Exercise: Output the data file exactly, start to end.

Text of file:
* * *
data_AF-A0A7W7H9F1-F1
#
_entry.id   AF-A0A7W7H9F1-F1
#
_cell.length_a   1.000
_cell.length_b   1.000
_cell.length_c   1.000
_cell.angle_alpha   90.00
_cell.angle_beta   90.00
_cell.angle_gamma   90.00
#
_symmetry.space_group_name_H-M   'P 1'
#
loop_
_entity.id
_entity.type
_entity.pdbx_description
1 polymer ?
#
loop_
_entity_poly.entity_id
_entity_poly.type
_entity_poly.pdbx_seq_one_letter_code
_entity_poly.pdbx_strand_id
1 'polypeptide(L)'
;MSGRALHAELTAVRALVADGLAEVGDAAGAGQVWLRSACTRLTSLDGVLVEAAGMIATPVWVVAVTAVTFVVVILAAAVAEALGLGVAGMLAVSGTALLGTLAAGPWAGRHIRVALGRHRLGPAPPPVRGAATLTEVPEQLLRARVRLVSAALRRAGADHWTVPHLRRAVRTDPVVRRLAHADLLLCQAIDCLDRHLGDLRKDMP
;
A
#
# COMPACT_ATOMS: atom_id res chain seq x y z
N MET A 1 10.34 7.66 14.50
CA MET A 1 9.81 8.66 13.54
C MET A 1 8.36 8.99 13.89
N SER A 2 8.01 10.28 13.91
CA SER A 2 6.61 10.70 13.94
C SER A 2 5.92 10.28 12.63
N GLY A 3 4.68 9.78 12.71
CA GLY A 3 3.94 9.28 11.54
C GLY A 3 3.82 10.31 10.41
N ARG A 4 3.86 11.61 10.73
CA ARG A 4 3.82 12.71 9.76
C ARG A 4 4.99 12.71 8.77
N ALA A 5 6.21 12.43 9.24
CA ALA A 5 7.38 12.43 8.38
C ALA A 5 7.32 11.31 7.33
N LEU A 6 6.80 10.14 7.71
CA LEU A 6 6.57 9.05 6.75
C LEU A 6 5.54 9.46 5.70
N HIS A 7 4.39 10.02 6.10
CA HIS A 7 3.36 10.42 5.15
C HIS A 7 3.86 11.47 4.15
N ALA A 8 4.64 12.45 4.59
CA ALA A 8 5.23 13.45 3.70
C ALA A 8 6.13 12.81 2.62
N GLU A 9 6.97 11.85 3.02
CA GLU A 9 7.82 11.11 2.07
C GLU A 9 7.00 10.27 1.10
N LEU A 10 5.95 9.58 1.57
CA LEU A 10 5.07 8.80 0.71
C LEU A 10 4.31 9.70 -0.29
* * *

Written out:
data_AF-A0A7W7H9F1-F1
#
_entry.id   AF-A0A7W7H9F1-F1
#
_cell.length_a   1.000
_cell.length_b   1.000
_cell.length_c   1.000
_cell.angle_alpha   90.00
_cell.angle_beta   90.00
_cell.angle_gamma   90.00
#
_symmetry.space_group_name_H-M   'P 1'
#
loop_
_entity.id
_entity.type
_entity.pdbx_description
1 polymer ?
#
loop_
_entity_poly.entity_id
_entity_poly.type
_entity_poly.pdbx_seq_one_letter_code
_entity_poly.pdbx_strand_id
1 'polypeptide(L)'
;MSGRALHAELTAVRALVADGLAEVGDAAGAGQVWLRSACTRLTSLDGVLVEAAGMIATPVWVVAVTAVTFVVVILAAAVAEALGLGVAGMLAVSGTALLGTLAAGPWAGRHIRVALGRHRLGPAPPPVRGAATLTEVPEQLLRARVRLVSAALRRAGADHWTVPHLRRAVRTDPVVRRLAHADLLLCQAIDCLDRHLGDLRKDMP
;
A
#
# COMPACT_ATOMS: atom_id res chain seq x y z
N MET A 1 10.34 7.66 14.50
CA MET A 1 9.81 8.66 13.54
C MET A 1 8.36 8.99 13.89
N SER A 2 8.01 10.28 13.91
CA SER A 2 6.61 10.70 13.94
C SER A 2 5.92 10.28 12.63
N GLY A 3 4.68 9.78 12.71
CA GLY A 3 3.94 9.28 11.54
C GLY A 3 3.82 10.31 10.41
N ARG A 4 3.86 11.61 10.73
CA ARG A 4 3.82 12.71 9.76
C ARG A 4 4.99 12.71 8.77
N ALA A 5 6.21 12.43 9.24
CA ALA A 5 7.38 12.43 8.38
C ALA A 5 7.32 11.31 7.33
N LEU A 6 6.80 10.14 7.71
CA LEU A 6 6.57 9.05 6.75
C LEU A 6 5.54 9.46 5.70
N HIS A 7 4.39 10.02 6.10
CA HIS A 7 3.36 10.42 5.15
C HIS A 7 3.86 11.47 4.15
N ALA A 8 4.64 12.45 4.59
CA ALA A 8 5.23 13.45 3.70
C ALA A 8 6.13 12.81 2.62
N GLU A 9 6.97 11.85 3.02
CA GLU A 9 7.82 11.11 2.07
C GLU A 9 7.00 10.27 1.10
N LEU A 10 5.95 9.58 1.57
CA LEU A 10 5.07 8.80 0.71
C LEU A 10 4.31 9.70 -0.29